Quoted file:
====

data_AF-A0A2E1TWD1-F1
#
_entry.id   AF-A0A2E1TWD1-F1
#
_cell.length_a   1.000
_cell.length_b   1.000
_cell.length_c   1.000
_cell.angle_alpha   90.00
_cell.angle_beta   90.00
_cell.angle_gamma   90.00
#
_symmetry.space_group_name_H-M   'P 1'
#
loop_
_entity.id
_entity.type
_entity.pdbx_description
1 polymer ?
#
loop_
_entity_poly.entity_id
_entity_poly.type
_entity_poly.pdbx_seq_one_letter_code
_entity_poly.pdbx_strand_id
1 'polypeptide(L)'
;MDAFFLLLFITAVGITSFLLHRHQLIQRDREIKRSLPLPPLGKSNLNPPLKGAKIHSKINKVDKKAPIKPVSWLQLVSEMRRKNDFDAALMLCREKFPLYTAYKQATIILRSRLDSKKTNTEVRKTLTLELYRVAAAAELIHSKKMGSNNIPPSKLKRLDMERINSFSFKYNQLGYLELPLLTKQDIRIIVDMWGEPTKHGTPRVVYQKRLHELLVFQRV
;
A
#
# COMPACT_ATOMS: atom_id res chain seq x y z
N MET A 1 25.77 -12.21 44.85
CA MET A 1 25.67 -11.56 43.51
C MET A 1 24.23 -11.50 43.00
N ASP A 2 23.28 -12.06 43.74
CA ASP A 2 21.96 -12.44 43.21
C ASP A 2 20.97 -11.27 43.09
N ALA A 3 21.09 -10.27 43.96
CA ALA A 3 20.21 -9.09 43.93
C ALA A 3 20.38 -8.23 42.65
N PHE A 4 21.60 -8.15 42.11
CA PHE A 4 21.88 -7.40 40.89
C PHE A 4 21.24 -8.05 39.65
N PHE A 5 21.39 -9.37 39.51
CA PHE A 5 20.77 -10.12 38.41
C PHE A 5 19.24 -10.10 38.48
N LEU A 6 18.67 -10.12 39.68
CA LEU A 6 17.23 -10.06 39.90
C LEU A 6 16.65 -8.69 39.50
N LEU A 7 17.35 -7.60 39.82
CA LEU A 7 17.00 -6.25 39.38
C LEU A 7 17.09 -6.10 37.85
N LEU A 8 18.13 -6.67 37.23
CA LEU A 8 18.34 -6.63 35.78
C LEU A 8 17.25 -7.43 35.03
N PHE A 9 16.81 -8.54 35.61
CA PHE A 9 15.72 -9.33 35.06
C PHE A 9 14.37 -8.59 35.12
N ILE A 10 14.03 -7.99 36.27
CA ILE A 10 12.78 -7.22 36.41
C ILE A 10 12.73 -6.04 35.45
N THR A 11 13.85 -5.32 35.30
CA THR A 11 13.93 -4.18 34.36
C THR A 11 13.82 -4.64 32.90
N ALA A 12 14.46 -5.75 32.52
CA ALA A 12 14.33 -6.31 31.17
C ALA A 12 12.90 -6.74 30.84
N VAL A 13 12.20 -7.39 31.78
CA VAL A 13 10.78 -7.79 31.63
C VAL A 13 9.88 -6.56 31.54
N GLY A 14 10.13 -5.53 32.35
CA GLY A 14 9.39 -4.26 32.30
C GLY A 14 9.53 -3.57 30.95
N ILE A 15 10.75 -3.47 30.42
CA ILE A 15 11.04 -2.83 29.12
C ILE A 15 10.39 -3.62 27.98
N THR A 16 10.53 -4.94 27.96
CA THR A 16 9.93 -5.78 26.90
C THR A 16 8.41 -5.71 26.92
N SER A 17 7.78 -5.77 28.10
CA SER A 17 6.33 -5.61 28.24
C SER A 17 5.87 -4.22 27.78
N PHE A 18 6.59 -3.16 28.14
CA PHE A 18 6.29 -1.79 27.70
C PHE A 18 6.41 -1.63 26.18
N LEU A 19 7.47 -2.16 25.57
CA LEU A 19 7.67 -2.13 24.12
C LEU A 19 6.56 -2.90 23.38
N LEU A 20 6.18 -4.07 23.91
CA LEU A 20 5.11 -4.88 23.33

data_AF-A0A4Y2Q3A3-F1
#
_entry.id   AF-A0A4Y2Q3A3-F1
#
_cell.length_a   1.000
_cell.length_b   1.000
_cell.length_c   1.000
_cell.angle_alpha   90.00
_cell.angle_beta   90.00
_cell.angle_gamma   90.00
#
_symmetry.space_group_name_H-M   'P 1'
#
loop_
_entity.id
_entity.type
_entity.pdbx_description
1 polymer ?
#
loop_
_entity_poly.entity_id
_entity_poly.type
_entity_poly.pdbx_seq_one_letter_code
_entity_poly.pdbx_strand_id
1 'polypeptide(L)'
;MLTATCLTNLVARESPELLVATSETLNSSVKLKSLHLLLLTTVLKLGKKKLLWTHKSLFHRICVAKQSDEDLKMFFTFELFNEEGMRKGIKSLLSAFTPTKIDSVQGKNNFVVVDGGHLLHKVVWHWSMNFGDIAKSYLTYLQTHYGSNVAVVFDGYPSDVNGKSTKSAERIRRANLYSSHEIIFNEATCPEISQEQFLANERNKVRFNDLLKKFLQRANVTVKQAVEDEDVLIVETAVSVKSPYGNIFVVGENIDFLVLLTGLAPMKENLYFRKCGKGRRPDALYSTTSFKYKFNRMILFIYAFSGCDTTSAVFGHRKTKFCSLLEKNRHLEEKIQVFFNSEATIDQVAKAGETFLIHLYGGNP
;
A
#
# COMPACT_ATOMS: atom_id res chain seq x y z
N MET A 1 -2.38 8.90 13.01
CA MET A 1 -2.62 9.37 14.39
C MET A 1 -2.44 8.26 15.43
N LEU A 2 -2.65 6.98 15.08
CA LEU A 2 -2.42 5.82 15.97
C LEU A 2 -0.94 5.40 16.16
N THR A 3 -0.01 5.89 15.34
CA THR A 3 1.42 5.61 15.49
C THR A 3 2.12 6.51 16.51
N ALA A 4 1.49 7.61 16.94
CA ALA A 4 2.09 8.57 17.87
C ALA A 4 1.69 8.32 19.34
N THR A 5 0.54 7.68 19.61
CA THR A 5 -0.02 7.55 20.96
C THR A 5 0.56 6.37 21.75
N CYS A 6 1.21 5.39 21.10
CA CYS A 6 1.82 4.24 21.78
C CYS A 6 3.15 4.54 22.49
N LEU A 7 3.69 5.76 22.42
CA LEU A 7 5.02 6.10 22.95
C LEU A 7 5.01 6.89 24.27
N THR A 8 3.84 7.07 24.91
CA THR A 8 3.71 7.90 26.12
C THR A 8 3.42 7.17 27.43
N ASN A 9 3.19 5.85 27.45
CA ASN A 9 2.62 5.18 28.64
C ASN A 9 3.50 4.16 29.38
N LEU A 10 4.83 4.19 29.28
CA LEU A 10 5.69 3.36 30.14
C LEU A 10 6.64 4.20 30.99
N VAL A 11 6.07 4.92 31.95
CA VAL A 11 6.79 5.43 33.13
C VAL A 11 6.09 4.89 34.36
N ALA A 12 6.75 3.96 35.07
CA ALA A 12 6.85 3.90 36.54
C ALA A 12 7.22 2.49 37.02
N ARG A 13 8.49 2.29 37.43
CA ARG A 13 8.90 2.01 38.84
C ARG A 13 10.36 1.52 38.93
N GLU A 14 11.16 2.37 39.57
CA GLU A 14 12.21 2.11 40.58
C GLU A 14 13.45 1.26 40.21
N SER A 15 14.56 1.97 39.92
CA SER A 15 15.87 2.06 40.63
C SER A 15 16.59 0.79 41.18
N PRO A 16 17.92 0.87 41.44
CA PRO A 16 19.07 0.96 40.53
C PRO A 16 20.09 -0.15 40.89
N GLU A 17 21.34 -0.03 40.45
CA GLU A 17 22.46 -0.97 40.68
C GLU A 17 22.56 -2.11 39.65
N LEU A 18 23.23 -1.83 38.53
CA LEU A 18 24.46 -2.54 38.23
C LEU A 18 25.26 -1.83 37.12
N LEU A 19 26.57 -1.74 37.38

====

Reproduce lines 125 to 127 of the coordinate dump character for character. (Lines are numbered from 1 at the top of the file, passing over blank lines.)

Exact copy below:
C LEU A 2 -0.94 5.40 16.16
N THR A 3 -0.01 5.89 15.34
CA THR A 3 1.42 5.61 15.49